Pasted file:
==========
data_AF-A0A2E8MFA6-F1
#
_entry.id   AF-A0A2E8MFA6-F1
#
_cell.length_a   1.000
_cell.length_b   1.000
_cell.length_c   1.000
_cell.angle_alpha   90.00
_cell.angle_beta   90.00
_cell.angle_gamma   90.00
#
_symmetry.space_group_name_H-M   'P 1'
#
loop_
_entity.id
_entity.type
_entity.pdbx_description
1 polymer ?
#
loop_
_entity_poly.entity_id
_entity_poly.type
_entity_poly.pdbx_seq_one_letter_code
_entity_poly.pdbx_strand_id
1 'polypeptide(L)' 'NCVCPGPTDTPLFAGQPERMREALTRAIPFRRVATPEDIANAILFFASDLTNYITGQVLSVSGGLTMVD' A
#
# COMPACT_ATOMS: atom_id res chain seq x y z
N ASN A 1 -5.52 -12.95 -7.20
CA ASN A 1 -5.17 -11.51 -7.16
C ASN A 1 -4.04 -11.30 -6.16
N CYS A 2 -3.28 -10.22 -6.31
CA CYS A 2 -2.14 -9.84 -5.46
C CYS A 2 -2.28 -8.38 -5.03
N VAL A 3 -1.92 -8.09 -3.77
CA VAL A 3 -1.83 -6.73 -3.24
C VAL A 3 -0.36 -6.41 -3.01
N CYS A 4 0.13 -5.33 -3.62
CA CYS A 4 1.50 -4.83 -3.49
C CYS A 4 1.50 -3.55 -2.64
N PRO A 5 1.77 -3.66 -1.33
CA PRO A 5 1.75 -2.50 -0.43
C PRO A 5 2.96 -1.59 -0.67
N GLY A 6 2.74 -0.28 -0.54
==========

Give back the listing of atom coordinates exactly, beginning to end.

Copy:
data_AF-A0A2E8MFA6-F1
#
_entry.id   AF-A0A2E8MFA6-F1
#
_cell.length_a   1.000
_cell.length_b   1.000
_cell.length_c   1.000
_cell.angle_alpha   90.00
_cell.angle_beta   90.00
_cell.angle_gamma   90.00
#
_symmetry.space_group_name_H-M   'P 1'
#
loop_
_entity.id
_entity.type
_entity.pdbx_description
1 polymer ?
#
loop_
_entity_poly.entity_id
_entity_poly.type
_entity_poly.pdbx_seq_one_letter_code
_entity_poly.pdbx_strand_id
1 'polypeptide(L)' 'NCVCPGPTDTPLFAGQPERMREALTRAIPFRRVATPEDIANAILFFASDLTNYITGQVLSVSGGLTMVD' A
#
# COMPACT_ATOMS: atom_id res chain seq x y z
N ASN A 1 -5.52 -12.95 -7.20
CA ASN A 1 -5.17 -11.51 -7.16
C ASN A 1 -4.04 -11.30 -6.16
N CYS A 2 -3.28 -10.22 -6.31
CA CYS A 2 -2.14 -9.84 -5.46
C CYS A 2 -2.28 -8.38 -5.03
N VAL A 3 -1.92 -8.09 -3.77
CA VAL A 3 -1.83 -6.73 -3.24
C VAL A 3 -0.36 -6.41 -3.01
N CYS A 4 0.13 -5.33 -3.62
CA CYS A 4 1.50 -4.83 -3.49
C CYS A 4 1.50 -3.55 -2.64
N PRO A 5 1.77 -3.66 -1.33
CA PRO A 5 1.75 -2.50 -0.43
C PRO A 5 2.96 -1.59 -0.67
N GLY A 6 2.74 -0.28 -0.54